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Jul
30
revised Why is fundamental physics taught in terms of particles?
added 334 characters in body
Jul
30
revised Why is fundamental physics taught in terms of particles?
added 296 characters in body
Jul
30
answered Why is fundamental physics taught in terms of particles?
Jul
29
revised Why aren't units with powers, like cm³, surrounded by parentheses?
added 60 characters in body
Jul
29
revised Why aren't units with powers, like cm³, surrounded by parentheses?
added 1 character in body
Jul
14
revised BBC radiation: What is it?
deleted 8 characters in body
Jul
14
comment BBC radiation: What is it?
I'm not sure where 'XC' comes from. I merely suspect it is not an acronym, but rather derived from $x_\text{c}$, the sonic (or critical) point distance. I may be wrong about that.
Jul
14
answered BBC radiation: What is it?
Jul
9
comment Why do i see bright red hand when i place flashlight behind my hand?
Plus, the hand spectrum can found here: photobiology.info/PhotobioInArt.html.
Jul
7
comment Physical Role of Batter in Baseball
Here's some related reading: sie.arizona.edu/sysengr/publishedPapers/NewScientist.pdf and en.wikipedia.org/wiki/Coefficient_of_restitution.
Jul
6
comment How to convert physical ligth quantities (frequency, intencity, spectrum) to RGB and back?
See stackoverflow.com/q/1472514/2071794.
Jul
2
awarded  Curious
Jun
21
awarded  Notable Question
Jun
16
revised Why do all elements above $\require{mhchem}\ce{Fe}$ not decay to $\ce{Fe}$?
added 18 characters in body; edited title
Jun
12
comment does there exists a rope such that it takes longer to burn the whole rope from one end?
Something that has an internal structure like this perhaps: en.wikipedia.org/wiki/Chain_sinnet#mediaviewer/….
Jun
12
comment does there exists a rope such that it takes longer to burn the whole rope from one end?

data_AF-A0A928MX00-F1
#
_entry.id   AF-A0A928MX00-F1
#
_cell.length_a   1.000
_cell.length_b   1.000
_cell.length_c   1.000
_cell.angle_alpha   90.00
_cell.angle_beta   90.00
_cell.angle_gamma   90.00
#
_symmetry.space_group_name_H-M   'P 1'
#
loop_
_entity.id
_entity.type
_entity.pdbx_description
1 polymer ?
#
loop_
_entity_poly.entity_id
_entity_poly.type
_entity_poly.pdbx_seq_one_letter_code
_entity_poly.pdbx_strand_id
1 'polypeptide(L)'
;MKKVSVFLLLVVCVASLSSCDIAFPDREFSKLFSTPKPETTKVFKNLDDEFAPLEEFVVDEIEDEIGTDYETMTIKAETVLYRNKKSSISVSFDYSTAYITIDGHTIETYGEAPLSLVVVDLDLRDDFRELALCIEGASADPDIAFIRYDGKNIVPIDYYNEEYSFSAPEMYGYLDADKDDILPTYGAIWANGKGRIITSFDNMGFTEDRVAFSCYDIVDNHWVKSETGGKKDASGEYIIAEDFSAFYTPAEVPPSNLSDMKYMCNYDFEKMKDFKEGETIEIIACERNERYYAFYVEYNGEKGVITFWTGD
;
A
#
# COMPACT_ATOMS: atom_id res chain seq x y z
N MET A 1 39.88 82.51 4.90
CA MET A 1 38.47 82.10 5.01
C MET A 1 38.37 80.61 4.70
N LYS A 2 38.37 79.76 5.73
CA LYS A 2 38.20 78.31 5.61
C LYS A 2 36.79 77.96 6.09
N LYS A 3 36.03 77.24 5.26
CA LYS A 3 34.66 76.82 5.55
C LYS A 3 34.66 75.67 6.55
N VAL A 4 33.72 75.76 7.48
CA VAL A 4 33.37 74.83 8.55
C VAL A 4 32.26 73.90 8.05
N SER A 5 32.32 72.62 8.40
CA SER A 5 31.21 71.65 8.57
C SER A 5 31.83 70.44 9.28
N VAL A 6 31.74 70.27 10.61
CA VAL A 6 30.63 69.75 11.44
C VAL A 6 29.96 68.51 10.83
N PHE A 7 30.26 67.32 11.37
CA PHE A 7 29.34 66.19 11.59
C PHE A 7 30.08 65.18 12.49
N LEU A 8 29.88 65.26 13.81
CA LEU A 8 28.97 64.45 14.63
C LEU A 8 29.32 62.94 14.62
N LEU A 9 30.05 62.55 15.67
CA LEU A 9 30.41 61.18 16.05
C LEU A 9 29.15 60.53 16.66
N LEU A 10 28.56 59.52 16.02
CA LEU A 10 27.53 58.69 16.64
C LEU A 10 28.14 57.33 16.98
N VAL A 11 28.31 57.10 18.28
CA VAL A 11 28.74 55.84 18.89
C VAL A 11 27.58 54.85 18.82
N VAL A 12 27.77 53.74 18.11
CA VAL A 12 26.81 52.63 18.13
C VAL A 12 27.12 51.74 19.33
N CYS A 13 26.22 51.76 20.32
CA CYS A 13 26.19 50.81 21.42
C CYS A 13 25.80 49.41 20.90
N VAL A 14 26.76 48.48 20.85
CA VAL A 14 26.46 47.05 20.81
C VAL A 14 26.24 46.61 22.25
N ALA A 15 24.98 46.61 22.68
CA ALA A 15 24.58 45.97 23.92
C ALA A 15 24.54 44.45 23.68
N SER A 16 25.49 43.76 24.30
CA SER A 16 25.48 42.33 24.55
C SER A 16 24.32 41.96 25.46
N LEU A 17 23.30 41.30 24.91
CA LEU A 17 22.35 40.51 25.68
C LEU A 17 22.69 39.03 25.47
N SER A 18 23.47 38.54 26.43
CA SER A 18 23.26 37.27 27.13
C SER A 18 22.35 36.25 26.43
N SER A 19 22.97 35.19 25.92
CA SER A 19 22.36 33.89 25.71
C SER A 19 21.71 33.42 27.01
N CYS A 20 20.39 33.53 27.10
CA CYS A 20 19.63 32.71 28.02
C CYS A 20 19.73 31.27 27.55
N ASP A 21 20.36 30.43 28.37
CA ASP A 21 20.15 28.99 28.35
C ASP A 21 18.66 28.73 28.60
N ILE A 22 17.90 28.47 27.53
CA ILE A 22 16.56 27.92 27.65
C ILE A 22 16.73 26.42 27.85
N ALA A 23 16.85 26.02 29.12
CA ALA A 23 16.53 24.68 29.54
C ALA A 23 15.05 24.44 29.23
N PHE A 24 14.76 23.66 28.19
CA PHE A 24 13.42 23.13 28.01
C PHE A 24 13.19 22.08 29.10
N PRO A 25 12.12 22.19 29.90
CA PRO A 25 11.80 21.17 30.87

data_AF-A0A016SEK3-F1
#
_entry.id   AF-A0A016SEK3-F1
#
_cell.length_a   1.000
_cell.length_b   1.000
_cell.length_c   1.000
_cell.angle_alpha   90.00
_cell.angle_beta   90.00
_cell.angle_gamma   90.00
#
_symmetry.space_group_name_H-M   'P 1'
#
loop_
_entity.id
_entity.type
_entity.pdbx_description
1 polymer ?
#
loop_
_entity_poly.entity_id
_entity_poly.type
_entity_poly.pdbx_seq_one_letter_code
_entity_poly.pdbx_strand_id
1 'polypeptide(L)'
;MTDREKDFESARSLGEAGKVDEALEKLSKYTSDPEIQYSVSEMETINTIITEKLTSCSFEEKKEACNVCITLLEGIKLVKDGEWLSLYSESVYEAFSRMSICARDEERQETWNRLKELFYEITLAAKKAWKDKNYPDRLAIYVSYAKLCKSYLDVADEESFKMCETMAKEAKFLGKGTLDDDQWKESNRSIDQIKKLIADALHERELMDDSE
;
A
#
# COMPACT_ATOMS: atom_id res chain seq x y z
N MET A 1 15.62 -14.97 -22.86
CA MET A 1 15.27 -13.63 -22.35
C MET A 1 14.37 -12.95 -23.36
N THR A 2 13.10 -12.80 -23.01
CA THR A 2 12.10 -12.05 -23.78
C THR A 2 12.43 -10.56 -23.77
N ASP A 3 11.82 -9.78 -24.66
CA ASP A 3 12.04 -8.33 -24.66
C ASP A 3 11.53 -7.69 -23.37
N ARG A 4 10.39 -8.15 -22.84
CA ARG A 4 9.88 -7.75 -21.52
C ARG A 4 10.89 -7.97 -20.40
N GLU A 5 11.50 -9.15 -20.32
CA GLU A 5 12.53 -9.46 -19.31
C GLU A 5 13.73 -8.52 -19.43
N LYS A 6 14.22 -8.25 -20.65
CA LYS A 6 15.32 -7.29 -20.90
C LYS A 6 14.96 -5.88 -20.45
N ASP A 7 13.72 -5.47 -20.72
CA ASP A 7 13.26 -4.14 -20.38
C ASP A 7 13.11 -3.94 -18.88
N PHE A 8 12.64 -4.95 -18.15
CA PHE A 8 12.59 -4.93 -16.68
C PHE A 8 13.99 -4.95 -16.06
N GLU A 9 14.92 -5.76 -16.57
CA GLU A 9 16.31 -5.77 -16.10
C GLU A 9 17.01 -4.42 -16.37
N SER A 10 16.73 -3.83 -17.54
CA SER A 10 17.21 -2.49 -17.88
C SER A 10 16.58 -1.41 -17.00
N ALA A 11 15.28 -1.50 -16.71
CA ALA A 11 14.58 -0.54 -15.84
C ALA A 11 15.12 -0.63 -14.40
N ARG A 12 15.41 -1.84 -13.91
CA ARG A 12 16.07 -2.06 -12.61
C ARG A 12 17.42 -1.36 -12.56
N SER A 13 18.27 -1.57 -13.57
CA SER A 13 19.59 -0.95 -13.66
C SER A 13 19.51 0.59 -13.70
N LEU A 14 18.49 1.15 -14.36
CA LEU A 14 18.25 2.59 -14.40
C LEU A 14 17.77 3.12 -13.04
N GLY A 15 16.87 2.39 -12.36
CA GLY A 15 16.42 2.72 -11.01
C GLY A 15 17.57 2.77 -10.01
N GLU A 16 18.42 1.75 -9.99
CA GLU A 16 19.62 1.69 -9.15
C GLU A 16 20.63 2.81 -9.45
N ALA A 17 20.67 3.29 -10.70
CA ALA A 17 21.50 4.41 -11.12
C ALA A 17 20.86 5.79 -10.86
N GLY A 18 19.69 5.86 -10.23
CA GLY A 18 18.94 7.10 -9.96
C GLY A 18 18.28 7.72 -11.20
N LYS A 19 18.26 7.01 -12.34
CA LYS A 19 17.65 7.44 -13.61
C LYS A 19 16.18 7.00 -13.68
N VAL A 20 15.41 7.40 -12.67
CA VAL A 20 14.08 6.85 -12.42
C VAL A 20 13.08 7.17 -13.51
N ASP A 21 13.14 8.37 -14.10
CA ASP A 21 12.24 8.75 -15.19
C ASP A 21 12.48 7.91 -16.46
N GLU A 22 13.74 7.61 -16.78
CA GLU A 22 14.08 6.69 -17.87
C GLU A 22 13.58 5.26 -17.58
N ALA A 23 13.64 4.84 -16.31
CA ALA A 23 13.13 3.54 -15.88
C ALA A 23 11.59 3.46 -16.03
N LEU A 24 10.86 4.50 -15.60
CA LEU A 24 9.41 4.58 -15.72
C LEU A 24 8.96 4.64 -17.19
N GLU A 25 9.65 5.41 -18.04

I think that, besides the obvious stuff, there may be an answer that uses some kind of 'directional threading". That is, a way of weaving/braiding the rope that is asymmetrical in direction (but repeating).
Jun
10
revised Can photons have negative energy?
small stuff
Jun
10
comment Can photons have negative energy?
Related: physics.stackexchange.com/q/13654/17609 and physics.stackexchange.com/q/391/17609
Jun
10
comment Why does a large train cause the ground to shake?
Oh, I don't know. I guessed there was a cm or two between each segment to allow for expansion due to hot weather. And also because of the clear rhythm of the noise, which seems slower than the frequency of rotating wheels.
Jun
10
comment Why does a large train cause the ground to shake?
I'm missing the explicitly crossing between two segments, which seems (to me) the key thing that you feel when you are on a train yourself. Also, if the segments would be different-prime-number-lengthed, would the 'problem' be less? :) Or should you just make sure that segment lengths and car lengths don't match (up to some factor)? Like cars should be length 7 and track segments should be length 17.